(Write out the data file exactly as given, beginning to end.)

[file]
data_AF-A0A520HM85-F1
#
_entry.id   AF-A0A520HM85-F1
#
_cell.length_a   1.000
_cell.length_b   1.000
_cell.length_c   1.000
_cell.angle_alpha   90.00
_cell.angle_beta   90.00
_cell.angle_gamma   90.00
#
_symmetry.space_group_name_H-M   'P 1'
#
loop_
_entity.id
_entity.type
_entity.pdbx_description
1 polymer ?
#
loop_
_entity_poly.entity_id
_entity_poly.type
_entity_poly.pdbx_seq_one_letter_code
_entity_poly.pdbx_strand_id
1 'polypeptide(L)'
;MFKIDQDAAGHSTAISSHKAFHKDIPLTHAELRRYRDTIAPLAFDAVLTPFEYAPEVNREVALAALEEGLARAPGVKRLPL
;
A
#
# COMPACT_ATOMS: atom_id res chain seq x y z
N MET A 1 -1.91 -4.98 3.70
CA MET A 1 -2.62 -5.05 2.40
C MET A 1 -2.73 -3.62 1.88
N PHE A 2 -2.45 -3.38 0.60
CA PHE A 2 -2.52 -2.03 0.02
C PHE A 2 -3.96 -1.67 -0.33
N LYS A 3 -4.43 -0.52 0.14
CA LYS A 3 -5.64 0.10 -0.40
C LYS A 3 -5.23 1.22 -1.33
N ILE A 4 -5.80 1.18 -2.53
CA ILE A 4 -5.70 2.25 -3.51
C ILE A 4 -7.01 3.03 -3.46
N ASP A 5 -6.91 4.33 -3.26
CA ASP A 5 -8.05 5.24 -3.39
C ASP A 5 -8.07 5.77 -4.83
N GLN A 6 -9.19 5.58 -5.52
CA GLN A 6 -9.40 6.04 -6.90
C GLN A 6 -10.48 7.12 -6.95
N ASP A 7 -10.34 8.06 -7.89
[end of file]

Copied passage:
data_AF-A0A520HM85-F1
#
_entry.id   AF-A0A520HM85-F1
#
_cell.length_a   1.000
_cell.length_b   1.000
_cell.length_c   1.000
_cell.angle_alpha   90.00
_cell.angle_beta   90.00
_cell.angle_gamma   90.00
#
_symmetry.space_group_name_H-M   'P 1'
#
loop_
_entity.id
_entity.type
_entity.pdbx_description
1 polymer ?
#
loop_
_entity_poly.entity_id
_entity_poly.type
_entity_poly.pdbx_seq_one_letter_code
_entity_poly.pdbx_strand_id
1 'polypeptide(L)'
;MFKIDQDAAGHSTAISSHKAFHKDIPLTHAELRRYRDTIAPLAFDAVLTPFEYAPEVNREVALAALEEGLARAPGVKRLPL
;
A
#
# COMPACT_ATOMS: atom_id res chain seq x y z
N MET A 1 -1.91 -4.98 3.70
CA MET A 1 -2.62 -5.05 2.40
C MET A 1 -2.73 -3.62 1.88
N PHE A 2 -2.45 -3.38 0.60
CA PHE A 2 -2.52 -2.03 0.02
C PHE A 2 -3.96 -1.67 -0.33
N LYS A 3 -4.43 -0.52 0.14
CA LYS A 3 -5.64 0.10 -0.40
C LYS A 3 -5.23 1.22 -1.33
N ILE A 4 -5.80 1.18 -2.53
CA ILE A 4 -5.70 2.25 -3.51
C ILE A 4 -7.01 3.03 -3.46
N ASP A 5 -6.91 4.33 -3.26
CA ASP A 5 -8.05 5.24 -3.39
C ASP A 5 -8.07 5.77 -4.83
N GLN A 6 -9.19 5.58 -5.52
CA GLN A 6 -9.40 6.04 -6.90
C GLN A 6 -10.48 7.12 -6.95
N ASP A 7 -10.34 8.06 -7.89